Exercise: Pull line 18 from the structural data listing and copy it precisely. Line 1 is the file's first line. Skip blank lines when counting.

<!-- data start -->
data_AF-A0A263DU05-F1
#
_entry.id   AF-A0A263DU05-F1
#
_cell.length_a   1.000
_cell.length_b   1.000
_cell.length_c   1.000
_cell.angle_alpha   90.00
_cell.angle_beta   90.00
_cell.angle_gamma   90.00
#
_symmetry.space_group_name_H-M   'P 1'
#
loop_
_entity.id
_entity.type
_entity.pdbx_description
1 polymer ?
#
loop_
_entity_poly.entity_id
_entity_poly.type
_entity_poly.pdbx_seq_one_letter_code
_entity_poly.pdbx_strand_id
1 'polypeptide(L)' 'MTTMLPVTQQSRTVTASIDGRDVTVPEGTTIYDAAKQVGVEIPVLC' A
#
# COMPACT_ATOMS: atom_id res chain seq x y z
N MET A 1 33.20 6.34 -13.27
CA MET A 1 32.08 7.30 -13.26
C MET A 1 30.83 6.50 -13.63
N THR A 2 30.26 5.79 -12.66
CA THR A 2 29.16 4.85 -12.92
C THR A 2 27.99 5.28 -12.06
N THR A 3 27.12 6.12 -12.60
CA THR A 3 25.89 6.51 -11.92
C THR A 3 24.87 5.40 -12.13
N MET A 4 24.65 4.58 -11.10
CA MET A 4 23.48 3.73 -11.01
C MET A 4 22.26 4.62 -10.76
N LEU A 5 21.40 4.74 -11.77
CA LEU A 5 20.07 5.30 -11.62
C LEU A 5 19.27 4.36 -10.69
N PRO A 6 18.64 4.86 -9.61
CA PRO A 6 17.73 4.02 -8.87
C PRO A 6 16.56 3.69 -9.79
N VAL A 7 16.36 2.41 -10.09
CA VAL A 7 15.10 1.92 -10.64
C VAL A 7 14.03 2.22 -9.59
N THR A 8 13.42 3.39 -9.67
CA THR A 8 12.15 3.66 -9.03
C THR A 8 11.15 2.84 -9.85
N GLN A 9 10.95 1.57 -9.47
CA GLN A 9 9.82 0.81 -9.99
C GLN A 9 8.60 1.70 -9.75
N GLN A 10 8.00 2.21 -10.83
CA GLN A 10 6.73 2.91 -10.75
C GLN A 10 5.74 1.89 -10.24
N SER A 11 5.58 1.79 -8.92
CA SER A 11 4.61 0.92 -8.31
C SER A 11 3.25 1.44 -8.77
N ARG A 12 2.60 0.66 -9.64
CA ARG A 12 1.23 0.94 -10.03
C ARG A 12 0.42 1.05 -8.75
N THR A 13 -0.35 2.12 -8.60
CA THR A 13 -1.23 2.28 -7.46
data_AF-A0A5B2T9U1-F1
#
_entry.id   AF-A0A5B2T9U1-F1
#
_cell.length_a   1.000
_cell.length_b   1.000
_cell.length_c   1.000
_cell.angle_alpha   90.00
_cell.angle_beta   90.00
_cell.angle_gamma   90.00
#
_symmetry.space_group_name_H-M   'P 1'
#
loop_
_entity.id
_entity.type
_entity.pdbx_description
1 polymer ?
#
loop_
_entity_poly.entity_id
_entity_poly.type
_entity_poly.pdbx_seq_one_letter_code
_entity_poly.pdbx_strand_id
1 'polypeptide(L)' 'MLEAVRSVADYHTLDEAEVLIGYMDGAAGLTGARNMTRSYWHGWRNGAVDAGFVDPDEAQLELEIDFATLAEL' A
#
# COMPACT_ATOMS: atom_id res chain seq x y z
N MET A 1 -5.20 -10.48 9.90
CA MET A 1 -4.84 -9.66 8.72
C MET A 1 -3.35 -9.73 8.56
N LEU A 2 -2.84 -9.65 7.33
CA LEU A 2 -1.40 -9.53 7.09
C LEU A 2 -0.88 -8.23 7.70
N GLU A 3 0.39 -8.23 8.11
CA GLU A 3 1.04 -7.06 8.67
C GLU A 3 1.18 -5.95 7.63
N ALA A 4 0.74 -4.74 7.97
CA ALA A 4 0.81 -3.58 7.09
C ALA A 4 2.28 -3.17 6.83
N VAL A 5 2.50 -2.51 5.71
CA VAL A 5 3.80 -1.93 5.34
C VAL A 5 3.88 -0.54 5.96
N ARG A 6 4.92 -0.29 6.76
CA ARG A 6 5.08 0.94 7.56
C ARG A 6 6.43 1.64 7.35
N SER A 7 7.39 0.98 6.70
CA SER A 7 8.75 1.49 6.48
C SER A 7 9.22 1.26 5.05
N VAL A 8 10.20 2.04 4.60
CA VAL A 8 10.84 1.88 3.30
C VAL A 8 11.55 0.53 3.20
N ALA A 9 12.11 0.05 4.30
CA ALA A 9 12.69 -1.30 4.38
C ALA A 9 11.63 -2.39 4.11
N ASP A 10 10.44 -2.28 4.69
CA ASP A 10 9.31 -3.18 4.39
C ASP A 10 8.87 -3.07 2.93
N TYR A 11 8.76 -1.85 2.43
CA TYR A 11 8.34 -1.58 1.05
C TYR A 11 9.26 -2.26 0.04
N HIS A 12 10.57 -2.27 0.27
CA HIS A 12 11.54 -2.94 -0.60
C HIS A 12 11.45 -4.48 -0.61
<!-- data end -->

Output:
1 polymer ?